Some awesome new books from Deborah Nam-Krane, and a guest post
I love to hate Alex Sheldon from Deborah Nam-Krane's New Pioneers series, and now he's got his own short story AND an explosive storyline in the latest novel!
Ghosts of Alex Sheldon: A New Pioneers Short Story
Get it HERE
Someone tried to take everything away from Alex Sheldon, but they didn't take enough. Someone thought they'd closed all the doors to opportunity, but they didn't see the ones that opened into people's worst impulses. Alex was used to power, and he was done with regret. He opened those doors with his eyes wide open and started to replace what he'd lost. He became the man everyone thought he was capable of being, and he was going to make sure nothing compromised him again.
You can't have a conscience when you casually plan a murder and calculate the profit of another human being's suffering. So why are all of his ghosts visiting him as he makes his way home to put his plan of revenge into motion? Someone might almost say that he's haunted.
Even a man like Alex needs to be wary: sooner or later, we all start to look like the company we keep.
Justice, Mercy and Other Myths
Get it HERE
Only one person was ever able to fight Alex Sheldon head on. Is that the same person who finally stopped him?
A man like Alex always has a long list of enemies: Lucy Bartolome, the wealthy socialite he blackmailed for decades; Michael Abbot, Miranda Harel, and Richard Hendrickson, all of whom lost parents because of him; David Hwang, the squeaky clean politician who found himself caught in a deal with the devil; Hilary Sayles, the inept madame Alex kept under his thumb; and Mariela, the young woman who almost died when she was trapped in his web. Detective Robert Teague knows the players all too well, but his gut is telling him that Hannah Bruges, the young woman who's been taking the law into her own hands for a decade, is keeping him from putting it all together. If only she wasn't the most exciting thing to happen to him in years, he might still be able to solve this thing.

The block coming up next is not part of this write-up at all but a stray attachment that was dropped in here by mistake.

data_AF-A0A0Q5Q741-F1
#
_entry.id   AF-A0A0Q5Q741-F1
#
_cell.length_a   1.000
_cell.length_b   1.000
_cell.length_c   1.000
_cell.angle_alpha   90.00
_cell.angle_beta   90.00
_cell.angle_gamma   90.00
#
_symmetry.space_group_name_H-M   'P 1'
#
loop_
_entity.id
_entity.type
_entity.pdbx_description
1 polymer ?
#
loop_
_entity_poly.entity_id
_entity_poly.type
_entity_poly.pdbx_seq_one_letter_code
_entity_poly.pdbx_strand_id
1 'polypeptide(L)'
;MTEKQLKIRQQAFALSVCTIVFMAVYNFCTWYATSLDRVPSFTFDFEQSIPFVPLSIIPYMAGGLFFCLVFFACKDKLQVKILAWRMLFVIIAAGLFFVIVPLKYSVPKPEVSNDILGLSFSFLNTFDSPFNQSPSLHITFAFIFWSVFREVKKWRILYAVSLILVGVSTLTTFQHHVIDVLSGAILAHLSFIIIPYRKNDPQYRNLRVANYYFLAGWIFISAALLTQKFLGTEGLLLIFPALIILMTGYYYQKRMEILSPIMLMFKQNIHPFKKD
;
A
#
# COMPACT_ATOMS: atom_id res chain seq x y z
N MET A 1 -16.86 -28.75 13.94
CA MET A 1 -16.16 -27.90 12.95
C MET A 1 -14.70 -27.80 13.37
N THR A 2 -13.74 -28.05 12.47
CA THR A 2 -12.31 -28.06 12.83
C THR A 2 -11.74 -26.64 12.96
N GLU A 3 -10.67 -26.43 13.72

Hannah has a piece of information that's not only going to change the course of the murder investigation, it's also going to make him and everyone else question a case he thought he'd closed years ago, one that almost cost him his job. What Robert really needs to see is how he fits in, because as soon as he does, everything else will fall into place.
Everyone needs to be careful what they wish for, because solving the murder is nothing compared to living with the answer.
Loving/hating Alex Sheldon yet? Here's the author's take on him:
How to write a villain you love to hate
Guest post by Deborah Nam-Krane
Alex Sheldon is the boogey man that haunts my series, The New Pioneers. Before we meet him in The Family You Choose, Emily, the main character of the first book, The Smartest Girl in the Room, has already figured out that his shadow looms large over the lives of her new friends Jessie, Richard, and Miranda. He transforms from a dark (and very inappropriate) love interest to someone who’s unapologetic about using other human beings to fatten his wallet. It’s not until the final book, Justice, Mercy and Other Myths, that we get a full, shocking look at how far he’s willing to go.
And yet people love this guy, and I know why.